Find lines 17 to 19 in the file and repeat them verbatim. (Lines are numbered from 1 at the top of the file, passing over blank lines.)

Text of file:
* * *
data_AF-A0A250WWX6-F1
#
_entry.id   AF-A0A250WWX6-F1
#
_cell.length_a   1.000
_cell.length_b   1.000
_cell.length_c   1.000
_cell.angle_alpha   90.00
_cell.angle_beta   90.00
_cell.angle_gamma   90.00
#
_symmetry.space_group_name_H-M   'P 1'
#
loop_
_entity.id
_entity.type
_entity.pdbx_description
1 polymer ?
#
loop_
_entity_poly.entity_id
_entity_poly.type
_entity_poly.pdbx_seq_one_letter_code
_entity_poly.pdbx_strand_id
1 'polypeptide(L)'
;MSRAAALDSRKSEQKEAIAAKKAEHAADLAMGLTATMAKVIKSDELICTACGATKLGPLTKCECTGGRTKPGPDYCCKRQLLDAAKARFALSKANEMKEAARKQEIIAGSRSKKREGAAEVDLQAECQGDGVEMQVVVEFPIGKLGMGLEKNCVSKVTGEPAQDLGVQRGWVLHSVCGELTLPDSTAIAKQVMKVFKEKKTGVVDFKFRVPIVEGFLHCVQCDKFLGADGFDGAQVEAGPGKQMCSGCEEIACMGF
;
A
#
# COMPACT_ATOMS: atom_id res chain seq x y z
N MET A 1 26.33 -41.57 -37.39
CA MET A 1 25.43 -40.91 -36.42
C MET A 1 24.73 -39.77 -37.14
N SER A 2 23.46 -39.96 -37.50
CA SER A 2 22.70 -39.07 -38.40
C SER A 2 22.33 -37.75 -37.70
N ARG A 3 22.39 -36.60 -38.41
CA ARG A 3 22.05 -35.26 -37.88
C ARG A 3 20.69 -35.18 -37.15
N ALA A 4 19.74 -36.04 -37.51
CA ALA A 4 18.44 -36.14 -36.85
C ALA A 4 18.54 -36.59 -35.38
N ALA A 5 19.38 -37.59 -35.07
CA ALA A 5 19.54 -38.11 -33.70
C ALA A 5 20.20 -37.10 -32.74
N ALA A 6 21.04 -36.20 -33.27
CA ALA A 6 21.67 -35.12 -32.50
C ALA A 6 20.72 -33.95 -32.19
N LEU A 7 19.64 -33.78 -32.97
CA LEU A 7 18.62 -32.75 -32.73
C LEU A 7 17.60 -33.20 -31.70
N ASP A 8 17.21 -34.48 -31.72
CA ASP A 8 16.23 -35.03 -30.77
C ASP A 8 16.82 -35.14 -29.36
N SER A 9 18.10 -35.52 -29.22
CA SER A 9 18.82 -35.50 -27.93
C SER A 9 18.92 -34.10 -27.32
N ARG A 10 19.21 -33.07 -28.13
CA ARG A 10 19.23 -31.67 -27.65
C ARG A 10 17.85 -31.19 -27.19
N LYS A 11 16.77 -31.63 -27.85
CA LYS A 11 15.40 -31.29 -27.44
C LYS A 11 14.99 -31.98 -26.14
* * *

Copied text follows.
_entity.pdbx_description
1 polymer ?
#